Saint Louis Armstrong Beach

Kirkus' Review
This gripping addition to the growing body of fiction portraying Katrina’s
profound effect on children and families pits an 11-year-old boy, a
neighborhood dog and an elderly woman against the hurricane and
subsequent devastating flood.

Narrator Saint is a gifted clarinetist with Juilliard dreams and a soft spot for
Shadow, a black Lab mix he longs to fully claim. Families flee Tremé, but Saint’
s mom, a dedicated hospital social worker, toils overtime as Katrina homes in.
Pops arranges for Saint to evacuate with Uncle Hugo’s family, but Shadow—to
Saint’s tearful dismay—runs off. Shadow’s pivotal in the plotting, as Saint slips
back into town to find him. Fate tosses boy and dog in with stubborn neighbor
Miz Moran, who’s evaded her own relatives in order to remain at home. Their
attic confinement is a study in contrasts: The woman’s good planning yields
battery-operated fans and freeze-dried ice cream, but unplanned-for issues
include her worsening health and dog poop. Saint bests the flooded house to
retrieve Miz Moran’s insulin; the lady’s casual admission that her three heart
attacks “was mild ones” ratchets tension. Woods’ marvelous characterizations
of Saint and Miz Moran more than stand up to the vivid backdrop of the
flooded, chaotic city. Shadow’s credulity-straining heroics will please kids.

A small gem that sparkles with hope, resilience and the Crescent City’s unique,
jazz-infused spirit. (Historical fiction)
Age Range: 9 - 12

Starred Review
School Library Journal
Gr 4–7—Saint Louis Armstrong Beach is an 11-year-old, clarinet-playing
resident of Tremé, a neighborhood near the French Quarter in New Orleans.
As Saint saves up his street-performing tips for a new clarinet and tries to
make sense of his broken relationship with his former best friend, a
catastrophic storm gathers. Saint is forced to evacuate the city, but decides to
turn back in search of the neighborhood stray dog. He ends up heading right
into the path of Hurricane Katrina. With his engaging voice, readers will quickly
take a shine to Saint. The dialogue is strong, smooth, and natural. The food,
music, and tempo of New Orleans all come to life, told with an efficiency that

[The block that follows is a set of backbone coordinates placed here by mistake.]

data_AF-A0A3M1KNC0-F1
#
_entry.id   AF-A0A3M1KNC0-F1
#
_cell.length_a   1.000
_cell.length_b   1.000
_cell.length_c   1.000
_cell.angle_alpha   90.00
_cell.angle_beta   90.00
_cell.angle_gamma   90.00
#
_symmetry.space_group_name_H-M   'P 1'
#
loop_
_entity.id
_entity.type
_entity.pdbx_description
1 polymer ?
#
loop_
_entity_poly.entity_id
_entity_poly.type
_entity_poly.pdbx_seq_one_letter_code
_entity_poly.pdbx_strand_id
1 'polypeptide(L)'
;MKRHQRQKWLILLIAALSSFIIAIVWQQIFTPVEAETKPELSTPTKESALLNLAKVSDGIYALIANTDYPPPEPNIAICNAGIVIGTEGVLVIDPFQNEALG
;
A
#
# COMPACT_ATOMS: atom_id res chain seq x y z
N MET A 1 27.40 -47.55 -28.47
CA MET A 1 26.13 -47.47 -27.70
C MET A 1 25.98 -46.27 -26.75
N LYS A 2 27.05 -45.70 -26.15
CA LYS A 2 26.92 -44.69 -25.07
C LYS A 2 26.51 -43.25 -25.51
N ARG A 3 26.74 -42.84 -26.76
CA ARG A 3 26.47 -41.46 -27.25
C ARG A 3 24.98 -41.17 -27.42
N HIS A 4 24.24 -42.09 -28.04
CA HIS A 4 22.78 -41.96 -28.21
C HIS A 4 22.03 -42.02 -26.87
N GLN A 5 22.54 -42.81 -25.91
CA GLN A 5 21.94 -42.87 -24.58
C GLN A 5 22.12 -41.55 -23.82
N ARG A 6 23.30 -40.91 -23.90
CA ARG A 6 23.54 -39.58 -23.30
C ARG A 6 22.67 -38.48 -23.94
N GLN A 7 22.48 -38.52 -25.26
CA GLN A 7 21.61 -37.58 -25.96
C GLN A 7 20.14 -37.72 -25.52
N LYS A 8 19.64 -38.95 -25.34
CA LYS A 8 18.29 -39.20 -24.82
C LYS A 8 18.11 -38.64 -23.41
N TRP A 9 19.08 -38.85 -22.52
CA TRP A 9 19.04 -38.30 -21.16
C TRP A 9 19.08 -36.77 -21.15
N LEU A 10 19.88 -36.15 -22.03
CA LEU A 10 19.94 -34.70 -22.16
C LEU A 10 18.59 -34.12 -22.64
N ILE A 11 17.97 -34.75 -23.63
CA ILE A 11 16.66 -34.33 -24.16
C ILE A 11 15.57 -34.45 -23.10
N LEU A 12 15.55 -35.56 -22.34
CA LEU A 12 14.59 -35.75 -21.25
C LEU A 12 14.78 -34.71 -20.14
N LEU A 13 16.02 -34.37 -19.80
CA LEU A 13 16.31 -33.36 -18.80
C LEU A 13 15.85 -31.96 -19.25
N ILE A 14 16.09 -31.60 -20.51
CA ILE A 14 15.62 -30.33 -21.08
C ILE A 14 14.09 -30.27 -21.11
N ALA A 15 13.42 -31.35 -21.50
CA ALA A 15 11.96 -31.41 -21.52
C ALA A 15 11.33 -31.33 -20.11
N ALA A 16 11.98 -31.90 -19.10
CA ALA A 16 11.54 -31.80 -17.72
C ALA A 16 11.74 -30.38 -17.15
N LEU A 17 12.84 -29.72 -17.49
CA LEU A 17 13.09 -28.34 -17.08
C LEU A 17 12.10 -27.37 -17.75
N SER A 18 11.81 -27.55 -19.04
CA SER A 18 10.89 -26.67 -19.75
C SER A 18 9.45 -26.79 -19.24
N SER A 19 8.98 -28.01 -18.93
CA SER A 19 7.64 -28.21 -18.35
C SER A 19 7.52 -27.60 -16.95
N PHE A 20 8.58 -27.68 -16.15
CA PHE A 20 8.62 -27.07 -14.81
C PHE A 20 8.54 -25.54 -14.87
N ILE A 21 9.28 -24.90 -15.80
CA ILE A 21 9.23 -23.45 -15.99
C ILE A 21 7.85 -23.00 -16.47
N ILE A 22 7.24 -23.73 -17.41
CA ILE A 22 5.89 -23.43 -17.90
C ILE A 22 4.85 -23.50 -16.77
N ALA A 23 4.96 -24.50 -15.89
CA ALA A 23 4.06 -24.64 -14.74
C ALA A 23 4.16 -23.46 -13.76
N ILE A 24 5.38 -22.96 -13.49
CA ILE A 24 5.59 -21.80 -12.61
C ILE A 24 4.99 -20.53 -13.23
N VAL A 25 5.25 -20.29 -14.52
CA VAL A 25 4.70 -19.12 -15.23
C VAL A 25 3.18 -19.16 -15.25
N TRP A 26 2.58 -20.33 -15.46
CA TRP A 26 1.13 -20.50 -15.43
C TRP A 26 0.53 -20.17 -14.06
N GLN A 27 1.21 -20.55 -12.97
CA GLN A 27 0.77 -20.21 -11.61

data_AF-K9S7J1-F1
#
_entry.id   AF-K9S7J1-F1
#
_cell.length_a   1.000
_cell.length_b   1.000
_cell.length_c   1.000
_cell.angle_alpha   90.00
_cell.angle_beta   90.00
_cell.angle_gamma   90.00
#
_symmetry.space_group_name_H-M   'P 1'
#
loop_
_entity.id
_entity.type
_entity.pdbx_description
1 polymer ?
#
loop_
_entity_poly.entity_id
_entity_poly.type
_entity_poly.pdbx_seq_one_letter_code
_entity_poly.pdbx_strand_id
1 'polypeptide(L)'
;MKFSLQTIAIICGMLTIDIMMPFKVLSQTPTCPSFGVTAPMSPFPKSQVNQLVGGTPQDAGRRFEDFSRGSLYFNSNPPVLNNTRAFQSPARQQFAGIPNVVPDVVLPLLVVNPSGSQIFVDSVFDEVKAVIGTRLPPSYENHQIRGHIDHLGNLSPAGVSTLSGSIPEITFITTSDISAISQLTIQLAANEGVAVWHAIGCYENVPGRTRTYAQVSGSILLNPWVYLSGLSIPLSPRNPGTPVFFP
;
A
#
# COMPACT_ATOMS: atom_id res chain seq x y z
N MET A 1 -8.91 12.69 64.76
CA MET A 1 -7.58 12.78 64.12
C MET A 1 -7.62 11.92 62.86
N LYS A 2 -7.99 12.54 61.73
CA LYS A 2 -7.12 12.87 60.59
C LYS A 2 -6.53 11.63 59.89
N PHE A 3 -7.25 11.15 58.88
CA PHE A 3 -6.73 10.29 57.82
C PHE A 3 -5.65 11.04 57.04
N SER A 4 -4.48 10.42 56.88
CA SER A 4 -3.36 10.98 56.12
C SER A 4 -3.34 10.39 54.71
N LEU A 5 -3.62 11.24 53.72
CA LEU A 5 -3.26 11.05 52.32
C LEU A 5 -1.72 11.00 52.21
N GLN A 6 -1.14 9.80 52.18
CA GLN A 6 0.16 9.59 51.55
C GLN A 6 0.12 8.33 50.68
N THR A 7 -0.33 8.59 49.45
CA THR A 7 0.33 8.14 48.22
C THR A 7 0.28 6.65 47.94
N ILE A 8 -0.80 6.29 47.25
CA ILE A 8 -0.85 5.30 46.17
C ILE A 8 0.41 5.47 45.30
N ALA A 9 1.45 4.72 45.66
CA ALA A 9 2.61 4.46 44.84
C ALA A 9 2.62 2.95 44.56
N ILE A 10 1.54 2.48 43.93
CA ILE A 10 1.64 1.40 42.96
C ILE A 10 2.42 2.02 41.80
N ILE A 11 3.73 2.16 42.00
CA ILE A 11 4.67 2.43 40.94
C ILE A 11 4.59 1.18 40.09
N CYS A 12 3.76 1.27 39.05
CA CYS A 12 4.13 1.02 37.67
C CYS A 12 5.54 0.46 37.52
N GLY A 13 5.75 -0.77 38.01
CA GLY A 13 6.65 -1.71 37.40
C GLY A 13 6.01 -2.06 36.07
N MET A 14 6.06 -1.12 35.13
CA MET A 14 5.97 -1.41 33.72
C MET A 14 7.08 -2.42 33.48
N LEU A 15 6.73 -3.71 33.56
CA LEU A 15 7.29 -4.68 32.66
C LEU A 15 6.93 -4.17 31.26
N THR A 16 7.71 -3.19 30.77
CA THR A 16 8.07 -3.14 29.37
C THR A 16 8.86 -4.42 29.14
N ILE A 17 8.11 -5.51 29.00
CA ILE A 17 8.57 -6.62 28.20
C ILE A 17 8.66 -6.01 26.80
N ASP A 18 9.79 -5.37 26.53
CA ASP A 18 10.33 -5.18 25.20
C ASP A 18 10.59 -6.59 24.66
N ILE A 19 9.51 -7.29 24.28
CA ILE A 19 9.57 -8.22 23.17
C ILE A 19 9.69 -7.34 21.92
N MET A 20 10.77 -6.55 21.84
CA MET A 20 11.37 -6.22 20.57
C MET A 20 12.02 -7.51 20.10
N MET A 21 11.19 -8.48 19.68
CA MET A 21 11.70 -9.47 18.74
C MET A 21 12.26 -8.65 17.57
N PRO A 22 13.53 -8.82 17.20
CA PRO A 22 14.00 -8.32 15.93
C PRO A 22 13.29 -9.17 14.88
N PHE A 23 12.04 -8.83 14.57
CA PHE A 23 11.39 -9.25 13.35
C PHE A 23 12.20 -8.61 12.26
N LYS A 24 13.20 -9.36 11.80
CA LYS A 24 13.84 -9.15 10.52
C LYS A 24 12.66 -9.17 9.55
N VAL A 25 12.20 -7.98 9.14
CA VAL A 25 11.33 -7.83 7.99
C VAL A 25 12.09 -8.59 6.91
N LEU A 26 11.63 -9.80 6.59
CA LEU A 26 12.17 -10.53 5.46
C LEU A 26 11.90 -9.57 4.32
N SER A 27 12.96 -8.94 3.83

keeps interest high. The conclusion is a bit abrupt, however, leaving some
loose ends. Woods skillfully provides a sense of the growing tension as the
storm approaches. The real-life events of Hurricane Katrina—the evacuation,
the levees failing, the Superdome— are integrated smoothly into the story.
While the tragedy of the event is not glossed over, the overall theme is one of
hope.—Travis Jonker, Dorr Elementary School, MI

Children's Literature
Some stories of suffering, kindness, perseverance and hope are written with
style and grace; others are pedantic. This story falls in the first category, with
a charming boy who aspires to study clarinet at Julliard when he grows up. The
boy is named Saint after his grandfather; Louis Armstrong after the jazz
trumpet player; and Beach because that is his father's last name. Of course,
he has to suffer through all kinds of comments about the Saint part of his
name. He is well known for his musical ability and aspirations, as well as his
kind nature. Saint makes money as a street musician, saving for a
professional-grade clarinet and his tuition at Julliard. He befriends a street dog
named Shadow that always hangs around like a "shadow." He lives in the
Treme section of New Orleans and life is good until Hurricane Katrina hits. He
ends up stranded in an elderly neighbor's house, where he and the neighbor
and Shadow ride out the storm. The story gives a good flavor of life in Treme,
at least as depicted in the cable TV series of the same name. The book is a
nice addition to any school library and a good starting point for discussions of
hurricanes, community values, music, and heroism. Reviewer: Sarah Maury